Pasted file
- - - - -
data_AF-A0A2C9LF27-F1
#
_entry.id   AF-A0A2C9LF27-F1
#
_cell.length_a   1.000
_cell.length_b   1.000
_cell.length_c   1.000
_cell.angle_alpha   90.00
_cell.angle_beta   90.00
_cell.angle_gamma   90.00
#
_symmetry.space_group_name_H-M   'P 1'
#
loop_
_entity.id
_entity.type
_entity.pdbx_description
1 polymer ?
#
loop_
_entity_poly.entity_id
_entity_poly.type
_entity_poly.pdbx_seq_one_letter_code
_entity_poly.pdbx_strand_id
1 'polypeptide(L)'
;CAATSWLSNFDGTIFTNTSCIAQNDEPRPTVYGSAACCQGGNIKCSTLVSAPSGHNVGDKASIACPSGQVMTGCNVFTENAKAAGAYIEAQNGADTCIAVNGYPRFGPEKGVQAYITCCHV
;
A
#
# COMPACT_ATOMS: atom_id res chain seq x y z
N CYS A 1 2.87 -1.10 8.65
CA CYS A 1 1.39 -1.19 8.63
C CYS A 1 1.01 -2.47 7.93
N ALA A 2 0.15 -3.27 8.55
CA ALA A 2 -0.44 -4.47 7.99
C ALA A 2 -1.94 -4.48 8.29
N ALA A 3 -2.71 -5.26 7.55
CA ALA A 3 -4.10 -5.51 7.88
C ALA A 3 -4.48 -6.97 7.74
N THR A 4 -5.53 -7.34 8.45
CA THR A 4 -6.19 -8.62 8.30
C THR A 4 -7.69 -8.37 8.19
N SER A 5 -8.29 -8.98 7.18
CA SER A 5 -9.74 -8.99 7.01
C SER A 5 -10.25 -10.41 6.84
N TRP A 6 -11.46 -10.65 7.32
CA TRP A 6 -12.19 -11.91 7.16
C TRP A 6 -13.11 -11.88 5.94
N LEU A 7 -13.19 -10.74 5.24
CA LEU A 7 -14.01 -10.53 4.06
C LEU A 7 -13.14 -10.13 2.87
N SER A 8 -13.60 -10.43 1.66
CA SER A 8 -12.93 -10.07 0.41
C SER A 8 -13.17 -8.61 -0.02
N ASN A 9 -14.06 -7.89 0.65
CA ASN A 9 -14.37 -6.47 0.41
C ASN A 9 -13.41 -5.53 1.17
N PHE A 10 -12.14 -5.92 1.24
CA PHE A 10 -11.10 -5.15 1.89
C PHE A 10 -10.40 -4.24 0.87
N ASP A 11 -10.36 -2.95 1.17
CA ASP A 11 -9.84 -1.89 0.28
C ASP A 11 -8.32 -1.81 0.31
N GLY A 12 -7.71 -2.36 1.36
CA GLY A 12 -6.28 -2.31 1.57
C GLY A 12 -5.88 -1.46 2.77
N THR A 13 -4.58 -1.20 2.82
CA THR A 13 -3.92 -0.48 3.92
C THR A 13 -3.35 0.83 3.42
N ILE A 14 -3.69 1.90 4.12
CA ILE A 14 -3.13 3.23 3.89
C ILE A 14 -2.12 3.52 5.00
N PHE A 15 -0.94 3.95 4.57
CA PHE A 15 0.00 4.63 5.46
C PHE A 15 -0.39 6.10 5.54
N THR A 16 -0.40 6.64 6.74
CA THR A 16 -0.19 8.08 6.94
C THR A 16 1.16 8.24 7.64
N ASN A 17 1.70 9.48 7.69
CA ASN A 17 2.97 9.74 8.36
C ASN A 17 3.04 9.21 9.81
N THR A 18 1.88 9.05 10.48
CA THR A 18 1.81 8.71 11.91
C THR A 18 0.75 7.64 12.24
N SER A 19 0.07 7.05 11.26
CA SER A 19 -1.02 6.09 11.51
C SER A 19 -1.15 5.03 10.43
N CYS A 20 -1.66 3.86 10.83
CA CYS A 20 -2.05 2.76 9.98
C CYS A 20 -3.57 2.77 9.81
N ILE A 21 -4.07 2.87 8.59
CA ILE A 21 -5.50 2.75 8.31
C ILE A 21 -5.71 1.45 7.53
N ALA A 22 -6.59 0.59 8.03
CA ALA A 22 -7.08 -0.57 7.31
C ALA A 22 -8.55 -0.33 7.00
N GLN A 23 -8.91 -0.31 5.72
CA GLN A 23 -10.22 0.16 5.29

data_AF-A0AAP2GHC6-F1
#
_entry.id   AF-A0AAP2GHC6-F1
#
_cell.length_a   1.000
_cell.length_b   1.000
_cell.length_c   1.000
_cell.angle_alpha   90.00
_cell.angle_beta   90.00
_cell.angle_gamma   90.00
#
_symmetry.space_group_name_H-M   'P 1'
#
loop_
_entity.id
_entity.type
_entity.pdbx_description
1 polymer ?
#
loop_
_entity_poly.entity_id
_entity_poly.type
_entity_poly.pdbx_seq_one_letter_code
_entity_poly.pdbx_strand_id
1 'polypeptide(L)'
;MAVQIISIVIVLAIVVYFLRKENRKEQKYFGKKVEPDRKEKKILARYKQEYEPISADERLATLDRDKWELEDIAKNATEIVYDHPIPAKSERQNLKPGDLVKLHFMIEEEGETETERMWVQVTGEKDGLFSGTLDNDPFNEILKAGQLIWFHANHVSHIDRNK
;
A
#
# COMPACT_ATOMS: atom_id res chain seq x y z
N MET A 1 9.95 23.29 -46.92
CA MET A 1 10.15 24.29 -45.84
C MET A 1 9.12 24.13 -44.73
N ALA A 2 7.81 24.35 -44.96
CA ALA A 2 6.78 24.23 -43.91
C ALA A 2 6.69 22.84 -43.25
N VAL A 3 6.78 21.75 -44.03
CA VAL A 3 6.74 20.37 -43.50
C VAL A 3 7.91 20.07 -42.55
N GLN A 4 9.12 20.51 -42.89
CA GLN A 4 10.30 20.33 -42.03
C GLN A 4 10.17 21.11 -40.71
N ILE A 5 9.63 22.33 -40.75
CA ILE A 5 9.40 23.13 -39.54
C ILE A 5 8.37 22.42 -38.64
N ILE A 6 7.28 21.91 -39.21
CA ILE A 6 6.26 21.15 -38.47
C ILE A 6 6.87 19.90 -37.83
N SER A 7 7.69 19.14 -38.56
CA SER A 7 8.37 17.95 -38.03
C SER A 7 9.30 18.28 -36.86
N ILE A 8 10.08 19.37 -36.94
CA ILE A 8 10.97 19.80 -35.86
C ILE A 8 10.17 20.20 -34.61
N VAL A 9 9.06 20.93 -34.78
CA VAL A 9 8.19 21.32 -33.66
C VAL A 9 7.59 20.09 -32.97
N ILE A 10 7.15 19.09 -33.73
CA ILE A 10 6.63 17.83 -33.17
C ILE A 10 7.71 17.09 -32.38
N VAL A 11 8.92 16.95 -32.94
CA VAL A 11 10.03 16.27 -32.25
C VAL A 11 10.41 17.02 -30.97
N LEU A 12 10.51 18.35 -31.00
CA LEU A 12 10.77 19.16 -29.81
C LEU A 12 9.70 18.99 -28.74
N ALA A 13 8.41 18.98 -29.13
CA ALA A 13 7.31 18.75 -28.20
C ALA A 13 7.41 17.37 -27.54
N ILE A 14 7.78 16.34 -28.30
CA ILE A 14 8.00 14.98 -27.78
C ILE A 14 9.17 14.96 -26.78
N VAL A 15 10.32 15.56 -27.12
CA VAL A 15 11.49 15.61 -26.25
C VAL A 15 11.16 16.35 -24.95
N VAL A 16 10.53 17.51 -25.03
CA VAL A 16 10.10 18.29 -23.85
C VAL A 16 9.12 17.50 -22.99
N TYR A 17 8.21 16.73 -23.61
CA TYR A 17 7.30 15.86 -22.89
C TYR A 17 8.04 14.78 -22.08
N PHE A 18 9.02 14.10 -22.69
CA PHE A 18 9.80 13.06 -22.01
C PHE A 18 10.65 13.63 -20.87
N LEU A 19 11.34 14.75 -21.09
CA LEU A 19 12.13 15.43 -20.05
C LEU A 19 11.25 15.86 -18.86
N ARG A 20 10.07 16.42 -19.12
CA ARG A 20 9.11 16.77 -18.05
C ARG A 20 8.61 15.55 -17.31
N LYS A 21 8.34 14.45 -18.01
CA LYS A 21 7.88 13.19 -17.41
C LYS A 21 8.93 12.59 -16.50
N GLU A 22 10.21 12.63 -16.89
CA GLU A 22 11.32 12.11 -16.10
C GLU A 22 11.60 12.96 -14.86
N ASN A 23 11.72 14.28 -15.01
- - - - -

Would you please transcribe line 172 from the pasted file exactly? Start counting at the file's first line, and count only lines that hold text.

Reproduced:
CA VAL A 15 11.49 15.61 -26.25